On 20 Jun 2006 08:26:22 -0700, pequeobuho@yahoo.com wrote:

Quote:
Soy Antoni y estoy ofreciendo para aquellas personas que lo necesiten
unos productos totalmente naturales para tener buena salud, enegía y
que las personas mantengan su peso ideal. Tal como me ocurrio a mi.
Abre el siguiente link para saber más.
http://www.nutricionyaseopersonal.com


Puedo hacerlo sin usando las drogas? Si es posible, entonces, por
favor enviarme unas.

Voy a espero aqui.

Gracias,

Neil
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Henrietta K Thomas
medicine forum beginner


Joined: 16 May 2006
Posts: 9

PostPosted: Tue Jun 13, 2006 7:32 am    Post subject: Re: Hypotony - Need help Reply with quote

[sci.med.vision added to newsgroups line]

On Sat, 10 Jun 2006 02:18:26 -0400, in alt.support.glaucoma, "Beverly A"
<anderson99@cox.net> wrote:

Quote:
Hi everyone,

Hi Beverly....

Quote:
Background: In December 2005, I wrote asking for suggestions on increasing
the IOP after trab surgery because my pressure was so low (1). Thank you
to those of you who replied.

I wasn't subscribed to this group at that time.

Quote:
I am now 6 months out of surgery and have had
revision surgery in April 06 that included not one but two patch grafts in
an effort to increase the IOP.

That's a pretty delicate operation.

Quote:
Bottom line is that my pressure is still
around 4 and doesn't want to come up.

Yuk.

Quote:
The problem is that I have extremely
blurry vision and the macula is folded or wrinkled and I now have hypotony.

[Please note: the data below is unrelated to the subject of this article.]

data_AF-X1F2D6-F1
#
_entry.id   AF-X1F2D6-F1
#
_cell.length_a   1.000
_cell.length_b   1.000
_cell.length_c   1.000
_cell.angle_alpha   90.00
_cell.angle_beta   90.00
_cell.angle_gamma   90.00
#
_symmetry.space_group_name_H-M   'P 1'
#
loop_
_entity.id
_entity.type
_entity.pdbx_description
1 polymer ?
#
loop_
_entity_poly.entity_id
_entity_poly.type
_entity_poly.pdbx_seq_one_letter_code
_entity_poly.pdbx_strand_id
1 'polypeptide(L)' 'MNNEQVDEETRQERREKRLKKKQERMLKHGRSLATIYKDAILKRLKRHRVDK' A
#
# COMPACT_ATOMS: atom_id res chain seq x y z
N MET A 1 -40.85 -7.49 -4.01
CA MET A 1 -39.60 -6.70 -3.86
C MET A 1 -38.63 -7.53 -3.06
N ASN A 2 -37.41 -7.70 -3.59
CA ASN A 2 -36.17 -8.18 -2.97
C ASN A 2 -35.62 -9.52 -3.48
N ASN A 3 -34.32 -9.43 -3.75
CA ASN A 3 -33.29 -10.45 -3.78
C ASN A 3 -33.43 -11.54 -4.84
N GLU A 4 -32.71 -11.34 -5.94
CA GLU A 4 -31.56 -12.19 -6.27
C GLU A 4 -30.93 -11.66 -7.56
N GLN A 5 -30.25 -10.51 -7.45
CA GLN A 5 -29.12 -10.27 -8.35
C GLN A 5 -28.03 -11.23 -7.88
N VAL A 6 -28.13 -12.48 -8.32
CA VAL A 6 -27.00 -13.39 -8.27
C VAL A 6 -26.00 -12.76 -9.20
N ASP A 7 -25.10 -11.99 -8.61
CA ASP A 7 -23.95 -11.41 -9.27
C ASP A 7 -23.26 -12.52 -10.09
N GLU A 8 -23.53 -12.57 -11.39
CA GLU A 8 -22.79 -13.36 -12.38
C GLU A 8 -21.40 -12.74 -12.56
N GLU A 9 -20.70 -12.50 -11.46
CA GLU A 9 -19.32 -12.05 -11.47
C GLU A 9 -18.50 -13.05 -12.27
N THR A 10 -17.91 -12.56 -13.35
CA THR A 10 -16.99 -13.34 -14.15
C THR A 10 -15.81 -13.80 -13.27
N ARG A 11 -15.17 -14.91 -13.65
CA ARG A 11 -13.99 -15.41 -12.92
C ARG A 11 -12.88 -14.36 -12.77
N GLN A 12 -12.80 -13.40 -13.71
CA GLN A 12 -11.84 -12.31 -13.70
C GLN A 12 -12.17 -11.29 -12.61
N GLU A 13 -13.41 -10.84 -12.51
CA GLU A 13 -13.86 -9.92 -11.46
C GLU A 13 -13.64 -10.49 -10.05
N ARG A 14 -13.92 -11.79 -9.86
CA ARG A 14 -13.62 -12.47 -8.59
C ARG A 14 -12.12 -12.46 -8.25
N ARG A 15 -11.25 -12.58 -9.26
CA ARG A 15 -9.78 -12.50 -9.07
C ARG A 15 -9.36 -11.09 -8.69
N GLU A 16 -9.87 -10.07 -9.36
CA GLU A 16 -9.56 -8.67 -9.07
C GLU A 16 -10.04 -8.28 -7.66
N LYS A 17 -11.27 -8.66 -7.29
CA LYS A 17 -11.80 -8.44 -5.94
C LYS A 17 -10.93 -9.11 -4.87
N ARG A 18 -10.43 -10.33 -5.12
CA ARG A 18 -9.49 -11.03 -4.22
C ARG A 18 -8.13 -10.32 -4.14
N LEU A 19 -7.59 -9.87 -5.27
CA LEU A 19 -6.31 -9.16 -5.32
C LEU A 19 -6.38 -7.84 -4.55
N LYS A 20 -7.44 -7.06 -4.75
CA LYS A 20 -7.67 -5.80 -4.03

I looked hypotomy up on the web, but didn't find anything that I thought
might be useful. I've crossposted this reply to sci.med.vision in the
hope that someone there might be able to help.

Quote:
My vision went from 20/20 prior to surgery to 20/200 after surgery in that
eye.

Ouch! That must be very frustrating for you.

Quote:
In order to get rid of the folds in the macula and hopefully the
blurry vision, the eye needs to be repressurized to about 20. We tried
using gel (post surgery) and my IOP zoomed up to 70 in about 5 hours and
would not go down to an acceptable level until almost all of the gel was
removed.

So the gel works -- but all too well. :(

Quote:
Question: Does anyone else have this situation and use Ibopamine (Trazyl)
to increase the IOP?

Not me. I use eye drops to try and /lower/ my eye pressure.

Quote:
This drug is not available in the US but is available
in Europe, particularly in Italy. I was told it was available via the
Internet but cannot find a web site from which to order it.

I would strongly advise against ordering any drugs over the Internet,
especially drugs not approved by the FDA.

Quote:
After about 6
months my condition is considered permanent, so my window of opportunity is
closing.

You need to talk to a real professional in your field. If your current
ophthalmologist can't help you, look for a local hospital that has a
decent ophthalmology department. That would be your best bet, IMO, for
getting quality help.

It also occurs to me that you might find information on your condition
at Medline on the web. Just do a search on "Medline + vision" and see
what turns up.

The US National Eye Institute might be another good source of
information.

Good luck,
Henrietta K. Thomas
Chicago, Illinois
hkt@xnet.com
http://www.vipbookreviews.us

Quote:


I would greatly appreciate any information anyone may have. Please respond
directly to me at anderson99@cox.net if you prefer. Thank you so much.



Beverly
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acemanvx@yahoo.com
medicine forum Guru


Joined: 15 Nov 2005
Posts: 732

PostPosted: Sun May 28, 2006 1:25 am    Post subject: Re: Methanol Poisoning; Symptoms and Mechanisms Reply with quote

He should stick to LSD or magic mushrooms instead. Methanol alcohol
kills!
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William Stacy
medicine forum Guru


Joined: 01 May 2005
Posts: 1177

PostPosted: Sat May 27, 2006 6:53 pm    Post subject: Re: Methanol Poisoning; Symptoms and Mechanisms Reply with quote

Radium wrote:

Quote: